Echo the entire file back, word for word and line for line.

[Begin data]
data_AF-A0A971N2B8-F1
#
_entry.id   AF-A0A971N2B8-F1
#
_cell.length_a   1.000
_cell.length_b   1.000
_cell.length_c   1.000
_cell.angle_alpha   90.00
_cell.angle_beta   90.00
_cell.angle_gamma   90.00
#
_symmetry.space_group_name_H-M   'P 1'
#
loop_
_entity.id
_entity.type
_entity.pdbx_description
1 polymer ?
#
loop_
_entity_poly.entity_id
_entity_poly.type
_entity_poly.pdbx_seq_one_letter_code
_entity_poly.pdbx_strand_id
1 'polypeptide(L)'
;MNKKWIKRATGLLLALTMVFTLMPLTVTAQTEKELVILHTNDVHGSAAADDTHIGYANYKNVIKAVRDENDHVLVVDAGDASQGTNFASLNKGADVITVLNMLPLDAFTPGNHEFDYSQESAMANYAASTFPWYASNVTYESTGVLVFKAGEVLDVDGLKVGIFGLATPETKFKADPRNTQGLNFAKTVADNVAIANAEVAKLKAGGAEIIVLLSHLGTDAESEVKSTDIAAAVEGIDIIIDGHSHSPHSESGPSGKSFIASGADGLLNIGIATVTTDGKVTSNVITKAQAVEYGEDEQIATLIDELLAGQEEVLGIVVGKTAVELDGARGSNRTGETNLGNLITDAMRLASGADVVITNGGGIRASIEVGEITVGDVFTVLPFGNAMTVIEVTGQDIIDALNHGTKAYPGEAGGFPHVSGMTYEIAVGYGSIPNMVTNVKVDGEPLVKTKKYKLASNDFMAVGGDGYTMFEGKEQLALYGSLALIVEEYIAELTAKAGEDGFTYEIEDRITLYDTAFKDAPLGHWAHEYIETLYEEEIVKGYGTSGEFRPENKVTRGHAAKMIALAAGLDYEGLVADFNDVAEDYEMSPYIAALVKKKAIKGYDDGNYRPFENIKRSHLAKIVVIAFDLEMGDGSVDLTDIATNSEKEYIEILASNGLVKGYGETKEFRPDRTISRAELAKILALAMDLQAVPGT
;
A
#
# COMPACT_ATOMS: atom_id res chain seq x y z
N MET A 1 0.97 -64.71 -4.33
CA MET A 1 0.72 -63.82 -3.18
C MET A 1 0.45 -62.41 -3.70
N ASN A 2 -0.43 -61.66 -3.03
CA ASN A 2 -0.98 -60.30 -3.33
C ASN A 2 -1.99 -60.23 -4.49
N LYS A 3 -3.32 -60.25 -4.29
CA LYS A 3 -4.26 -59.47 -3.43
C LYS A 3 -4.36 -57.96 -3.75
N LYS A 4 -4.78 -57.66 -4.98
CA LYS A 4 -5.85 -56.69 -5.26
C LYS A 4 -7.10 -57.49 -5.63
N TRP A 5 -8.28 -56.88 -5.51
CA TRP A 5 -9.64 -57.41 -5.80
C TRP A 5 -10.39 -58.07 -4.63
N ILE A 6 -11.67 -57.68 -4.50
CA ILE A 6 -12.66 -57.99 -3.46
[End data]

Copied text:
data_AF-A0A971N2B8-F1
#
_entry.id   AF-A0A971N2B8-F1
#
_cell.length_a   1.000
_cell.length_b   1.000
_cell.length_c   1.000
_cell.angle_alpha   90.00
_cell.angle_beta   90.00
_cell.angle_gamma   90.00
#
_symmetry.space_group_name_H-M   'P 1'
#
loop_
_entity.id
_entity.type
_entity.pdbx_description
1 polymer ?
#
loop_
_entity_poly.entity_id
_entity_poly.type
_entity_poly.pdbx_seq_one_letter_code
_entity_poly.pdbx_strand_id
1 'polypeptide(L)'
;MNKKWIKRATGLLLALTMVFTLMPLTVTAQTEKELVILHTNDVHGSAAADDTHIGYANYKNVIKAVRDENDHVLVVDAGDASQGTNFASLNKGADVITVLNMLPLDAFTPGNHEFDYSQESAMANYAASTFPWYASNVTYESTGVLVFKAGEVLDVDGLKVGIFGLATPETKFKADPRNTQGLNFAKTVADNVAIANAEVAKLKAGGAEIIVLLSHLGTDAESEVKSTDIAAAVEGIDIIIDGHSHSPHSESGPSGKSFIASGADGLLNIGIATVTTDGKVTSNVITKAQAVEYGEDEQIATLIDELLAGQEEVLGIVVGKTAVELDGARGSNRTGETNLGNLITDAMRLASGADVVITNGGGIRASIEVGEITVGDVFTVLPFGNAMTVIEVTGQDIIDALNHGTKAYPGEAGGFPHVSGMTYEIAVGYGSIPNMVTNVKVDGEPLVKTKKYKLASNDFMAVGGDGYTMFEGKEQLALYGSLALIVEEYIAELTAKAGEDGFTYEIEDRITLYDTAFKDAPLGHWAHEYIETLYEEEIVKGYGTSGEFRPENKVTRGHAAKMIALAAGLDYEGLVADFNDVAEDYEMSPYIAALVKKKAIKGYDDGNYRPFENIKRSHLAKIVVIAFDLEMGDGSVDLTDIATNSEKEYIEILASNGLVKGYGETKEFRPDRTISRAELAKILALAMDLQAVPGT
;
A
#
# COMPACT_ATOMS: atom_id res chain seq x y z
N MET A 1 0.97 -64.71 -4.33
CA MET A 1 0.72 -63.82 -3.18
C MET A 1 0.45 -62.41 -3.70
N ASN A 2 -0.43 -61.66 -3.03
CA ASN A 2 -0.98 -60.30 -3.33
C ASN A 2 -1.99 -60.23 -4.49
N LYS A 3 -3.32 -60.25 -4.29
CA LYS A 3 -4.26 -59.47 -3.43
C LYS A 3 -4.36 -57.96 -3.75
N LYS A 4 -4.78 -57.66 -4.98
CA LYS A 4 -5.85 -56.69 -5.26
C LYS A 4 -7.10 -57.49 -5.63
N TRP A 5 -8.28 -56.88 -5.51
CA TRP A 5 -9.64 -57.41 -5.80
C TRP A 5 -10.39 -58.07 -4.63
N ILE A 6 -11.67 -57.68 -4.50
CA ILE A 6 -12.66 -57.99 -3.46